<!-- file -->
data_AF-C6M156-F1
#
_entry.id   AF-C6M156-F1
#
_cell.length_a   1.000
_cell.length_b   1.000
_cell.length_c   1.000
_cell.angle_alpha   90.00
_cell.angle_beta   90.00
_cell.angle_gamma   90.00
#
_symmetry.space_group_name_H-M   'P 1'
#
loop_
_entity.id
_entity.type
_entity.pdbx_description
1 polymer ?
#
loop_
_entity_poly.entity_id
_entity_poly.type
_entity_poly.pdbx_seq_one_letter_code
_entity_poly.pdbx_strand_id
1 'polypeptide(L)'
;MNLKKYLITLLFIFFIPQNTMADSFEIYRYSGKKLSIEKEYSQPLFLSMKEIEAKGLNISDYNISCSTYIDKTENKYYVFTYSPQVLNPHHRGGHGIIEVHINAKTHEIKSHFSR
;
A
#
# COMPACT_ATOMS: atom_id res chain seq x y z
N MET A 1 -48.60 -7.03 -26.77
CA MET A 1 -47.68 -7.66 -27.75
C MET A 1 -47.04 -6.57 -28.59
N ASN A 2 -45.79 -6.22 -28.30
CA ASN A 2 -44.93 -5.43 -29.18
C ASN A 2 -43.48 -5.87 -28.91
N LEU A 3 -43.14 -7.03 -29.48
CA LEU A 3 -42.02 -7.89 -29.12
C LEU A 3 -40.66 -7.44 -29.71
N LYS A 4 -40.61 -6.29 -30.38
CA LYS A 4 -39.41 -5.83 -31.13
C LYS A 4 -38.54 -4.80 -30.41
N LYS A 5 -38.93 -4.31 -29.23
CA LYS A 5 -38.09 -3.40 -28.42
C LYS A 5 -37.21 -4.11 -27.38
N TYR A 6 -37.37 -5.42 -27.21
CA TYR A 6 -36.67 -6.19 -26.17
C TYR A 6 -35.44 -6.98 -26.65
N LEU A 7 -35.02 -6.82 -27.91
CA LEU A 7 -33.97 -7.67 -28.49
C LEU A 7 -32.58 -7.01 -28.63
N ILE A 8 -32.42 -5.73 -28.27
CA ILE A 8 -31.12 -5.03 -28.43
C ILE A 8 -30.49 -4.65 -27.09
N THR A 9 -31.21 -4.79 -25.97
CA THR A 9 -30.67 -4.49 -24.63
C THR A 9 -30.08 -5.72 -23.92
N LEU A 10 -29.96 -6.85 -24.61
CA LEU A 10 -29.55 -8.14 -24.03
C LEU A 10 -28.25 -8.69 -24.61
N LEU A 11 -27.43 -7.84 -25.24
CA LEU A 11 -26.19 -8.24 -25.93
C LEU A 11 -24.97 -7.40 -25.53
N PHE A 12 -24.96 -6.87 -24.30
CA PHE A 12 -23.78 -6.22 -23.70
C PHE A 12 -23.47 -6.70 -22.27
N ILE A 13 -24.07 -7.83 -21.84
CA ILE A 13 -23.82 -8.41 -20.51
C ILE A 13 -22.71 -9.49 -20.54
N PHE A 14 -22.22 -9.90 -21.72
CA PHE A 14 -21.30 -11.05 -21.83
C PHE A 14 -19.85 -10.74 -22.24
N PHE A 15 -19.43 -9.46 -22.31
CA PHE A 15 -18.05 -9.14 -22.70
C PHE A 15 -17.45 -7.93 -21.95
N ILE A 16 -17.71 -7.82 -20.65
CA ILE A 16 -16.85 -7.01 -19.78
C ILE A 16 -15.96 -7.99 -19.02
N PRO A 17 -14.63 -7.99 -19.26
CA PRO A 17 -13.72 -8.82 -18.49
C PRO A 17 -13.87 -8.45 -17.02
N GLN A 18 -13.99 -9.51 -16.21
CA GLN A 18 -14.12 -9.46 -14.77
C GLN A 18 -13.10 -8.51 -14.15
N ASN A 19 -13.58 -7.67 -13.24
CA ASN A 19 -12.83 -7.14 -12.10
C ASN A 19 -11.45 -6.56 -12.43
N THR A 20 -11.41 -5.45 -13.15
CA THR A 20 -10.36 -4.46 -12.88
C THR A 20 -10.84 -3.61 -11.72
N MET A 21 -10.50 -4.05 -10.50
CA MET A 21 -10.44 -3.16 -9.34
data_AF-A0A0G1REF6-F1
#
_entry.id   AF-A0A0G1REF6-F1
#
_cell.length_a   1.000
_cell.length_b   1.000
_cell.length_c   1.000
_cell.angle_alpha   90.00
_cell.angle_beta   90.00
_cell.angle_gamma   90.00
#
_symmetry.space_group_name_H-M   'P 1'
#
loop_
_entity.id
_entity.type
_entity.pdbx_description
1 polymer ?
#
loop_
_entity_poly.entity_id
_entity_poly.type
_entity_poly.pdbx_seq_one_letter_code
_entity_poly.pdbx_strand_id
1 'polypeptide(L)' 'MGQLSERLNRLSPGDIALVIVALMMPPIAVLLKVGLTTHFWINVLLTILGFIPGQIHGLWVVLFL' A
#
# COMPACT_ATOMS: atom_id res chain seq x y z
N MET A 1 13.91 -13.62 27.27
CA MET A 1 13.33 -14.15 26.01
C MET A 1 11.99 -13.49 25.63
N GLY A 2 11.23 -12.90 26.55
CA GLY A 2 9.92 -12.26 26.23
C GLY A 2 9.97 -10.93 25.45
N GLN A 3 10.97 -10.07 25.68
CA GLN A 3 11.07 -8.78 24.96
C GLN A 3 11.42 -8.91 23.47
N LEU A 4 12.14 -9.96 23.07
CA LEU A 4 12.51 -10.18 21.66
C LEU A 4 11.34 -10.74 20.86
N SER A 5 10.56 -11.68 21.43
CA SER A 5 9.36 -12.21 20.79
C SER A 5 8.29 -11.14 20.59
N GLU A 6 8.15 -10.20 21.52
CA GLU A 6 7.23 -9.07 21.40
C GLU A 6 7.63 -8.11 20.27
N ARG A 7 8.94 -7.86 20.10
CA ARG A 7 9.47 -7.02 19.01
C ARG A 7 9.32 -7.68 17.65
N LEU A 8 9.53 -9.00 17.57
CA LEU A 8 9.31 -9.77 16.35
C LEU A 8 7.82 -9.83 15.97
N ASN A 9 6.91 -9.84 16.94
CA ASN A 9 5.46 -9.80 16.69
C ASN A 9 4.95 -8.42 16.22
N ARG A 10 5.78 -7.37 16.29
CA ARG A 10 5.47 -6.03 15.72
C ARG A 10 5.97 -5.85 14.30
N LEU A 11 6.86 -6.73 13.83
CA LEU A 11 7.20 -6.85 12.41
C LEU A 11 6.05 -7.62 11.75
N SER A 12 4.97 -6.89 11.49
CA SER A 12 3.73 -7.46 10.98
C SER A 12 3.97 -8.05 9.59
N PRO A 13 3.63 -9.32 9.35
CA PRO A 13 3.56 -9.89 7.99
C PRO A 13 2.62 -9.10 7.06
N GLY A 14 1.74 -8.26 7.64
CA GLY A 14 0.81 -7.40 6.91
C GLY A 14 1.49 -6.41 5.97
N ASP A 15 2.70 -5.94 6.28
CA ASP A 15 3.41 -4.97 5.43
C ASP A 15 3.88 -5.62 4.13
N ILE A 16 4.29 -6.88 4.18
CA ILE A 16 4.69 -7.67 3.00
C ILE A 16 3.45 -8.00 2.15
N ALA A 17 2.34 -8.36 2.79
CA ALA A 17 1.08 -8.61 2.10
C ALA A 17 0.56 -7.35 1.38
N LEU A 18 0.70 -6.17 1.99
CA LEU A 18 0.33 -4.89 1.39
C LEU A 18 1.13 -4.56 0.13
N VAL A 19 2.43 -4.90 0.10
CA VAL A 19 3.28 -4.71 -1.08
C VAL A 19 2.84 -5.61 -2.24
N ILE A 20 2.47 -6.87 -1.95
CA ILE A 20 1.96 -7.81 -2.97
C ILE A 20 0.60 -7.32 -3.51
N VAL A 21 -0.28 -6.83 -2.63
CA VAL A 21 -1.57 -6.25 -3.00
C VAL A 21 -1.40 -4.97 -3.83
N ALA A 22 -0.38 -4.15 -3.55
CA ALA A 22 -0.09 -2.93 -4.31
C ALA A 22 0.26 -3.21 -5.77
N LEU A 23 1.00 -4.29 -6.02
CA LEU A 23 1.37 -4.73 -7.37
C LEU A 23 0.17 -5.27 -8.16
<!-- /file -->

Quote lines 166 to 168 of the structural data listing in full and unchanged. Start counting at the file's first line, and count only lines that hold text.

CA ILE A 16 4.69 -7.67 3.00
C ILE A 16 3.45 -8.00 2.15
N ALA A 17 2.34 -8.36 2.79